In celebration of last night’s Tony awards, read some great plays new and old this week, listen to dramatic podcasts, and learn about the history of the top award for American dramatists.
On Your Kindle
War Horse, by Michael Morpurgo
This book, originally written with the aim of teaching children about World War I, spawned a successful play that won five Tony Awards (for scenic design, lighting design, sound design, director, and best play) in 2011 and an Oscar-nominated, Steven Spielberg-directed film of the same name. Set variously in the English countryside and in war-torn France, this is the story of Joey, the beloved horse of an English farm boy, who is sold to an officer and becomes a cavalry horse. Joey misses the constancy of home and Albert’s love as he “fights” for the allies, and then for the enemy when he becomes a POW of the Germans. Through Joey’s unique lens, the reader begins to understand the horrors of war and its devastating arbitrariness.
On Your Smartphone
Who is Tony?, by Ellis Nassour
Without the glamour of the Oscars, the fun of the Golden Globes, and the diva power of the Grammys, the Tonys can often be relegated to the back of the award show queue. But if you’re invested in the Tonys—or if you’re just curious about their origin and their interesting name—read this history of the woman behind the black and white dramatic mask. Antoinette (Toni) Perry was an American actress who forged a path for other women who wanted to develop careers in theater production and business, at a time when business savvy and success were difficult for women to achieve. It’s this woman that the award is named for—and it’s her legacy that lives on during the award ceremony of today.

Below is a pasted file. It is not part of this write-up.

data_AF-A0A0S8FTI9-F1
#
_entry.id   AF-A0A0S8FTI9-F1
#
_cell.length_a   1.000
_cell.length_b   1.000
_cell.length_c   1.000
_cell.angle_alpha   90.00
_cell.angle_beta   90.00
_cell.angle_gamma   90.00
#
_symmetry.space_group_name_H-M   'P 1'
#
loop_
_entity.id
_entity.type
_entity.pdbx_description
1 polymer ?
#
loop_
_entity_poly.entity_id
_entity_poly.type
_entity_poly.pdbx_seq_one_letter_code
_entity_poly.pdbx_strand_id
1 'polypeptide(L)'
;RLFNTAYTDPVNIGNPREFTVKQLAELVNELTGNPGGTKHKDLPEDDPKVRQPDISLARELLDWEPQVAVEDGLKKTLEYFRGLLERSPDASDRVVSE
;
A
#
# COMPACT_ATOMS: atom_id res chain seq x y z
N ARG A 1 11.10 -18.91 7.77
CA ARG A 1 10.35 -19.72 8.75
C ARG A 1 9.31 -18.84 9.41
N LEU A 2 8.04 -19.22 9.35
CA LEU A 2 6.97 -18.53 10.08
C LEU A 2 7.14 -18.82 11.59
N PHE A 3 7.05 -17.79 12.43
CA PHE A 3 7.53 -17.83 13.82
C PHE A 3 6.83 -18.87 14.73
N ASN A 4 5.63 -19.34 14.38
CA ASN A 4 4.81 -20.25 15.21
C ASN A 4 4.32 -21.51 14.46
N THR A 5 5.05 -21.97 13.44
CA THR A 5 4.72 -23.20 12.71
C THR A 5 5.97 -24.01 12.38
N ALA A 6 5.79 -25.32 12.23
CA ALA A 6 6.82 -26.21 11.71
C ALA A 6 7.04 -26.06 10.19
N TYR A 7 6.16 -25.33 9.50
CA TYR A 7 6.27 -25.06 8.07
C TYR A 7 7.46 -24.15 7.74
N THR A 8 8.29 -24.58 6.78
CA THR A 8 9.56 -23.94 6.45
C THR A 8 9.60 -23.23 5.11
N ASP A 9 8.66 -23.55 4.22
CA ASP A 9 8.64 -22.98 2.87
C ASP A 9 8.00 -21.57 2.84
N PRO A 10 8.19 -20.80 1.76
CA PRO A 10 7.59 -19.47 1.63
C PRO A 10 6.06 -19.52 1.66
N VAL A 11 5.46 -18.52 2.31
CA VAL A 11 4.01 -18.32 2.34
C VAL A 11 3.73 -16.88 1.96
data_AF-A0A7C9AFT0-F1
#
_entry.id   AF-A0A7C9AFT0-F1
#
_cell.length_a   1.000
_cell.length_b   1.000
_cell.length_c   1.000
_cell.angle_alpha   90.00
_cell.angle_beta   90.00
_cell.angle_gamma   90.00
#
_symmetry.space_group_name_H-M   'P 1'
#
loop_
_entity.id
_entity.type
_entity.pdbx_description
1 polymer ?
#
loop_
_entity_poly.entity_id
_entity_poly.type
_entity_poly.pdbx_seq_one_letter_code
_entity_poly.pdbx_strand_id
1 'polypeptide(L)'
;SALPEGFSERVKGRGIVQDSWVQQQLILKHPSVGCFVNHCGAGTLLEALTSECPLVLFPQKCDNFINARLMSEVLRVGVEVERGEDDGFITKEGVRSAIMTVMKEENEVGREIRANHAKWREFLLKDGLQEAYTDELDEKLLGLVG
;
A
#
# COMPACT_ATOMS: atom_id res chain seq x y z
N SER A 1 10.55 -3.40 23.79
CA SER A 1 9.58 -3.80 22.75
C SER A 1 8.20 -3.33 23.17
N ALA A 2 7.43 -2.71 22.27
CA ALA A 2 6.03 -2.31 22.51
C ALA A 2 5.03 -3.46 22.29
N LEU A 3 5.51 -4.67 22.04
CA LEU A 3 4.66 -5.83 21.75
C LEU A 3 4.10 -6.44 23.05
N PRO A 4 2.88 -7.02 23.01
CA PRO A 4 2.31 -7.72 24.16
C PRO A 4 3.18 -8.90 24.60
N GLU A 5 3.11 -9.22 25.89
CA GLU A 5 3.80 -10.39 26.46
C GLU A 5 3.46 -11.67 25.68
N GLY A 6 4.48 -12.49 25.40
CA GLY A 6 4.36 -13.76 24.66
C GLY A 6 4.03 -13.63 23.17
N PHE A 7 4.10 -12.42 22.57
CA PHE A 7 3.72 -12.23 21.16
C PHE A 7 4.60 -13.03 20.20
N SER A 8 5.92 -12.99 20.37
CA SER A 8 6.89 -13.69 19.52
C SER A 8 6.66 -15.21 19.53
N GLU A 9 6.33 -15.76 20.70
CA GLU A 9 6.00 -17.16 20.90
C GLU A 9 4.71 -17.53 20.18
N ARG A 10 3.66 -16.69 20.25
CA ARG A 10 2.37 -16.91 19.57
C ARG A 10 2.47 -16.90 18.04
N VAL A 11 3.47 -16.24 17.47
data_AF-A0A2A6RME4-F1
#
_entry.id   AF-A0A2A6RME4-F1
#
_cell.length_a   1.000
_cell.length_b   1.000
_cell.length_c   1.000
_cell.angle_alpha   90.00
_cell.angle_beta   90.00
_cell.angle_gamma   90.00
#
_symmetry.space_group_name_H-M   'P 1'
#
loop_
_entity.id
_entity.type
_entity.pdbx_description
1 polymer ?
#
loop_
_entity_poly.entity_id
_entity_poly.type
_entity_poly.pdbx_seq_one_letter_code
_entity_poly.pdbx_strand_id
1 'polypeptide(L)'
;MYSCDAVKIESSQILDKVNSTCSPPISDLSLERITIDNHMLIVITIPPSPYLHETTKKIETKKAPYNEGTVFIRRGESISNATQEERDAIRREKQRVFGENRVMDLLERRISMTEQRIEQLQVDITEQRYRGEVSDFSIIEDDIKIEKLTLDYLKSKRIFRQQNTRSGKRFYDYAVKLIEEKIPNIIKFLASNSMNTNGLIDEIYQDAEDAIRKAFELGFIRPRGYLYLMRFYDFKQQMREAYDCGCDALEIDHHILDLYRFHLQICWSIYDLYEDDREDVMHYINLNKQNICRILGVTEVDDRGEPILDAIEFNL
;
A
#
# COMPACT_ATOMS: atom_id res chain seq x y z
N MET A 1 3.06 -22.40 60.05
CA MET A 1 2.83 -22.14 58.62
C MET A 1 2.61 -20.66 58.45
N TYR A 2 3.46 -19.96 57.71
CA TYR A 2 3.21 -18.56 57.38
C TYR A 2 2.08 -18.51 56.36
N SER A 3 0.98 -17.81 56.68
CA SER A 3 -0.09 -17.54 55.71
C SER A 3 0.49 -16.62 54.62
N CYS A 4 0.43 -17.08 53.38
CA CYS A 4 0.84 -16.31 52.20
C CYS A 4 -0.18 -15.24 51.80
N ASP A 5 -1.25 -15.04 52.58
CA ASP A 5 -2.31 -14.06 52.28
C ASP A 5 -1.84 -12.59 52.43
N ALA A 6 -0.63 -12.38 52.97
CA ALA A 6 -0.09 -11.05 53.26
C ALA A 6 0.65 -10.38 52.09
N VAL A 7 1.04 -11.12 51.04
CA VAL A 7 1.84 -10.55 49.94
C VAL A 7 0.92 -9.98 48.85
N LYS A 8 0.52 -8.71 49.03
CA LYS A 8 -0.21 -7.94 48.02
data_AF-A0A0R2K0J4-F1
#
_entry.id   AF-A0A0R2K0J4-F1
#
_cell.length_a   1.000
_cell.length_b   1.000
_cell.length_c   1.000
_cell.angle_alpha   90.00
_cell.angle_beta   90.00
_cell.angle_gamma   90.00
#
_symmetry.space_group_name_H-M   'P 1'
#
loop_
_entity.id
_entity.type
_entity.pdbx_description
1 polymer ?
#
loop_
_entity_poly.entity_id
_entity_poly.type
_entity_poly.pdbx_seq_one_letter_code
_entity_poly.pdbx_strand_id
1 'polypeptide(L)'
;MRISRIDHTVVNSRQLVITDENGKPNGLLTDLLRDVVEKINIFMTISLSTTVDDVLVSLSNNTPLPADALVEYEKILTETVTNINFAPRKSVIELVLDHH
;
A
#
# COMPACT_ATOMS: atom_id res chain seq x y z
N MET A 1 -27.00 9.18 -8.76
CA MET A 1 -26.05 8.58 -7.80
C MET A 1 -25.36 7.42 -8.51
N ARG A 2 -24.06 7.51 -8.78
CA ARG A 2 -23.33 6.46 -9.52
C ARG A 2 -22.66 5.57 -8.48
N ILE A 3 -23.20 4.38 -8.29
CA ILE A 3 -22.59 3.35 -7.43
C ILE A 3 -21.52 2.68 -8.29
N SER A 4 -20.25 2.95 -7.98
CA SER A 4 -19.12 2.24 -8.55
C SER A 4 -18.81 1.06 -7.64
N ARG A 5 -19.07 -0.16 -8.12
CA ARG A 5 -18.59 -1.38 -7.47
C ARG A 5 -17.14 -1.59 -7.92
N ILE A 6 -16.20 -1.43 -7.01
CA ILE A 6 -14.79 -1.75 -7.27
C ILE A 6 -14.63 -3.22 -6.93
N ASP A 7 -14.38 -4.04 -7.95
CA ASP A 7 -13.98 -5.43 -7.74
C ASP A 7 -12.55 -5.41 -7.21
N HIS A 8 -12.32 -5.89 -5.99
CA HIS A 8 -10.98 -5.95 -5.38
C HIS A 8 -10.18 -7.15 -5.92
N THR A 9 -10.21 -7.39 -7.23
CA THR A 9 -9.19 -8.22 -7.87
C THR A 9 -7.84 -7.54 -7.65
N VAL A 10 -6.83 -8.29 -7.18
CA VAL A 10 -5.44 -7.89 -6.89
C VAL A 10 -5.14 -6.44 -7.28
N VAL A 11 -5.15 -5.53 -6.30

On a Podcast
If you want to add a little drama to your morning commute, log on to the Audio Drama Directory, an aggregator of dramatic podcasts from around the web. The site only pulls audio clips that cost nothing, so your morning soundtrack will stay free. Choose from various categories, including “Audio Drama Podcasts,” “Comedy,” “Foreign Language,” “Old Time Radio,” and many, many more.
Oedipus Rex, by Sophocles
Perhaps the oldest of old school drama, this Greek great has inspired playwrights, authors, and psychologists alike. When King Laius of Thebes and his wife Jocasta have trouble conceiving a child, the King consults the Oracle at Delphi. The esteemed Oracle tells the king that any son his wife bears will kill him and marry his wife. Jocasta bears a son, Oedipus, and Laius pierces the boy’s ankles before abandoning him on a mountain to die. Laius’ plans are foiled, however, when a servant takes pity on the baby and gives him to a shepherd, who raises him as his own son. The misunderstandings, mistakes, and mishaps that ensue—all told by a wailing, beautifully-penned Greek chorus—result in a classically horrifying tale.